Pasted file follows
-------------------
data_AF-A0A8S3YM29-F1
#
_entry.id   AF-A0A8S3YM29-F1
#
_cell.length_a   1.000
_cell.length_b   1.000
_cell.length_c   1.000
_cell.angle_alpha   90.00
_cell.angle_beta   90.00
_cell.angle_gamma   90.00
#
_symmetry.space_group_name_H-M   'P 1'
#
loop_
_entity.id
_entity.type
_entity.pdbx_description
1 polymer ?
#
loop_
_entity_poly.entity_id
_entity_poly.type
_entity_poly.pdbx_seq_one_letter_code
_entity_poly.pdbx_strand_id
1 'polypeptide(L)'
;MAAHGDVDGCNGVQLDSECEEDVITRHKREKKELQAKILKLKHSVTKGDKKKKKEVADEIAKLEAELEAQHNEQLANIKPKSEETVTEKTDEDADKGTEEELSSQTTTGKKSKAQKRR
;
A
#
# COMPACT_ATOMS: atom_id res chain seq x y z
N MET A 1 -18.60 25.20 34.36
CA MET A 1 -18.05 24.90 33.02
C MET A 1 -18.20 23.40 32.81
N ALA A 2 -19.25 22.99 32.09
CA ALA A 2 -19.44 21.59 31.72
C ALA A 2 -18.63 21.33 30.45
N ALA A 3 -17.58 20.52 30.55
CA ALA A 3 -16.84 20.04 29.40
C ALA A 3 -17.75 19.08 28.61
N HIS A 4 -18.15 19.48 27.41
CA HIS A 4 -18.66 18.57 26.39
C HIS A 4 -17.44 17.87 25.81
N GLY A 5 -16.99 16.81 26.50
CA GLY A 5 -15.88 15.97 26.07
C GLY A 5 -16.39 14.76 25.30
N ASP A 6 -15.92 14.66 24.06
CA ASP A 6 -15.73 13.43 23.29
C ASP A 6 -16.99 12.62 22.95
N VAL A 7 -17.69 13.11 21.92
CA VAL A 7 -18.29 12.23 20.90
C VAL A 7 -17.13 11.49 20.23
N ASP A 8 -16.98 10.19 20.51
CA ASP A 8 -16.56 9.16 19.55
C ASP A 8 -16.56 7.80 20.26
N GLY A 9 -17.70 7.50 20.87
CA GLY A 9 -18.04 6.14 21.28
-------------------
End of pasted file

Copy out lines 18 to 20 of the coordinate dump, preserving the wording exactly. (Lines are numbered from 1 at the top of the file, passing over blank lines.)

1 polymer ?
#
loop_